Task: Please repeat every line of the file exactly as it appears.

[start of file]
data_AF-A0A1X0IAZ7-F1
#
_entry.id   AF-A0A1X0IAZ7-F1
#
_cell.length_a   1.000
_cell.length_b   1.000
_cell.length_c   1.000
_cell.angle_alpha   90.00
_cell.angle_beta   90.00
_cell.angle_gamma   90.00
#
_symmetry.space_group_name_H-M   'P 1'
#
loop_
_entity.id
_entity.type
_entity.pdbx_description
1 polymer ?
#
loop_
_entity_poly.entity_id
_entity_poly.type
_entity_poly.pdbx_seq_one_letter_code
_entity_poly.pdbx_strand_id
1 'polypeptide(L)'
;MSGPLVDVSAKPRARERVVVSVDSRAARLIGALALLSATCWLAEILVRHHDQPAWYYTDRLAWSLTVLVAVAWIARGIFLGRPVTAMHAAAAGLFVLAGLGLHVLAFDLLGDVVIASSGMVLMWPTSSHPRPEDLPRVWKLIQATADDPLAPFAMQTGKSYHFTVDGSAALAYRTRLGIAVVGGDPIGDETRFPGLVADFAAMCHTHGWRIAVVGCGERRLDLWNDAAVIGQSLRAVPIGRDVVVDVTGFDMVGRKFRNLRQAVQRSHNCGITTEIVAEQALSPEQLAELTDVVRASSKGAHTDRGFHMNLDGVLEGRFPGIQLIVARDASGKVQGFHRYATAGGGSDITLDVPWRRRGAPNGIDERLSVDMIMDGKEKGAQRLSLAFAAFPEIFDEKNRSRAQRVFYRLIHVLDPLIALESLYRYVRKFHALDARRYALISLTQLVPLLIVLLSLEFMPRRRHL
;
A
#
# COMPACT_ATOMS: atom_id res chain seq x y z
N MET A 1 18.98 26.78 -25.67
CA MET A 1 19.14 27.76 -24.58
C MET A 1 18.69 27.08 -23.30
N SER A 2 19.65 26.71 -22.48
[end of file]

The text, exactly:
data_AF-A0A1X0IAZ7-F1
#
_entry.id   AF-A0A1X0IAZ7-F1
#
_cell.length_a   1.000
_cell.length_b   1.000
_cell.length_c   1.000
_cell.angle_alpha   90.00
_cell.angle_beta   90.00
_cell.angle_gamma   90.00
#
_symmetry.space_group_name_H-M   'P 1'
#
loop_
_entity.id
_entity.type
_entity.pdbx_description
1 polymer ?
#
loop_
_entity_poly.entity_id
_entity_poly.type
_entity_poly.pdbx_seq_one_letter_code
_entity_poly.pdbx_strand_id
1 'polypeptide(L)'
;MSGPLVDVSAKPRARERVVVSVDSRAARLIGALALLSATCWLAEILVRHHDQPAWYYTDRLAWSLTVLVAVAWIARGIFLGRPVTAMHAAAAGLFVLAGLGLHVLAFDLLGDVVIASSGMVLMWPTSSHPRPEDLPRVWKLIQATADDPLAPFAMQTGKSYHFTVDGSAALAYRTRLGIAVVGGDPIGDETRFPGLVADFAAMCHTHGWRIAVVGCGERRLDLWNDAAVIGQSLRAVPIGRDVVVDVTGFDMVGRKFRNLRQAVQRSHNCGITTEIVAEQALSPEQLAELTDVVRASSKGAHTDRGFHMNLDGVLEGRFPGIQLIVARDASGKVQGFHRYATAGGGSDITLDVPWRRRGAPNGIDERLSVDMIMDGKEKGAQRLSLAFAAFPEIFDEKNRSRAQRVFYRLIHVLDPLIALESLYRYVRKFHALDARRYALISLTQLVPLLIVLLSLEFMPRRRHL
;
A
#
# COMPACT_ATOMS: atom_id res chain seq x y z
N MET A 1 18.98 26.78 -25.67
CA MET A 1 19.14 27.76 -24.58
C MET A 1 18.69 27.08 -23.30
N SER A 2 19.65 26.71 -22.48